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Discussion Starter #1
Hi. Im pretty new to snowboarding, but I have the basics down. I am 5'1, 120 lbs. When I was shopping for a board one sales guy told me to get a 138, another told me a 142, another told me a 144 (Im in the weight range for all). I ended up going with the Salomon Lotus in the 142 because the sales guy insisted it was a better choice. Now I am wishing I had got the 138 for tighter turns and learning switch. Also I got the board because it has "bite free edges", but its a flat out camber design, and now everything I am reading says rocker is better for learning. Im wondering if I should try and sell this board, or if it wont make much of a difference. I am an all mountain kinda gal who likes powder and tree runs, playing around a bit, little jumps...or bumbs lol... but not in the park. Thanks :)
 

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You'll be fine with that board -- size is right and the flat profile is going to be versatile for you. Enjoy it!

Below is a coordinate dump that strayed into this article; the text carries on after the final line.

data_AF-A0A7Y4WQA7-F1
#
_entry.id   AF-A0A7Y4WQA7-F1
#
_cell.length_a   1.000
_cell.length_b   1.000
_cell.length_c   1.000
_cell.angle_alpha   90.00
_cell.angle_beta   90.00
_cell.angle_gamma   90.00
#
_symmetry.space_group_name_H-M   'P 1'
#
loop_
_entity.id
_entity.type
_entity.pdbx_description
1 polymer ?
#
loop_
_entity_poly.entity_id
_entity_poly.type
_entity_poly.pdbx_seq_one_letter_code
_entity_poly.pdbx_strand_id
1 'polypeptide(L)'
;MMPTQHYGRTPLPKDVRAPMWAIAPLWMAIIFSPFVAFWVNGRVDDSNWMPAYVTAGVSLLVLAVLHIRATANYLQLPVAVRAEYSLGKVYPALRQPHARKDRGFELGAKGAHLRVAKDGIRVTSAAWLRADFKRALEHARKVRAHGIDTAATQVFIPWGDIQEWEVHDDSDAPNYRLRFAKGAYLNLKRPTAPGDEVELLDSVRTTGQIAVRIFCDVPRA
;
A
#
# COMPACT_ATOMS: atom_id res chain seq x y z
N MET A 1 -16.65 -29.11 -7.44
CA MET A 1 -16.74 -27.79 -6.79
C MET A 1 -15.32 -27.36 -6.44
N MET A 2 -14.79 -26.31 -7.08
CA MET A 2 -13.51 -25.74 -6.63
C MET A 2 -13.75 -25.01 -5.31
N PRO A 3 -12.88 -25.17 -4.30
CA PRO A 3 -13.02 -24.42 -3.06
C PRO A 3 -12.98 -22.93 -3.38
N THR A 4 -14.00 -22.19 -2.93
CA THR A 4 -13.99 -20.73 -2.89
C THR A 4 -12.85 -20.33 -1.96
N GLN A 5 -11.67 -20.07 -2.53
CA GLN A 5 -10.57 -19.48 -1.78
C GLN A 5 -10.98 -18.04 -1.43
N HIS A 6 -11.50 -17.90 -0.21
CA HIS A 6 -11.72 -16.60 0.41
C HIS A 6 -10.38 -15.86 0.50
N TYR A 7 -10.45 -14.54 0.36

FWIW one of my daughters is your height and a bit lighter than you and her favourite board for everything this season was a 148 cm. Last season she most commonly rode a 142.
 

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You'll be fine with that board -- size is right and the flat profile is going to be versatile for you. Enjoy it!

FWIW one of my daughters is your height and a bit lighter than you and her favourite board for everything this season was a 148 cm. Last season she most commonly rode a 142.
What he said, that board will take you further than a rocker board. have fun !
 

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Discussion Starter #5
Im still wondring if this board is right for me. Most things am reading has boards coming up around chin length, and this one is top of my lip. Also I had no idea when I bought it about the width mattering, until I read on this site. My feet are about 2 cms shorter than the board where the bindings sit. I should have done my research before I made the purchase, but I also wish the sales person would have known more aswell.
 

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Sizing is better done based on weight. The board flex is engineered to match your weight. If you're lighter than the recommended then it will feel stiffer than it's designed to feel. Vice versa for if you're too heavy.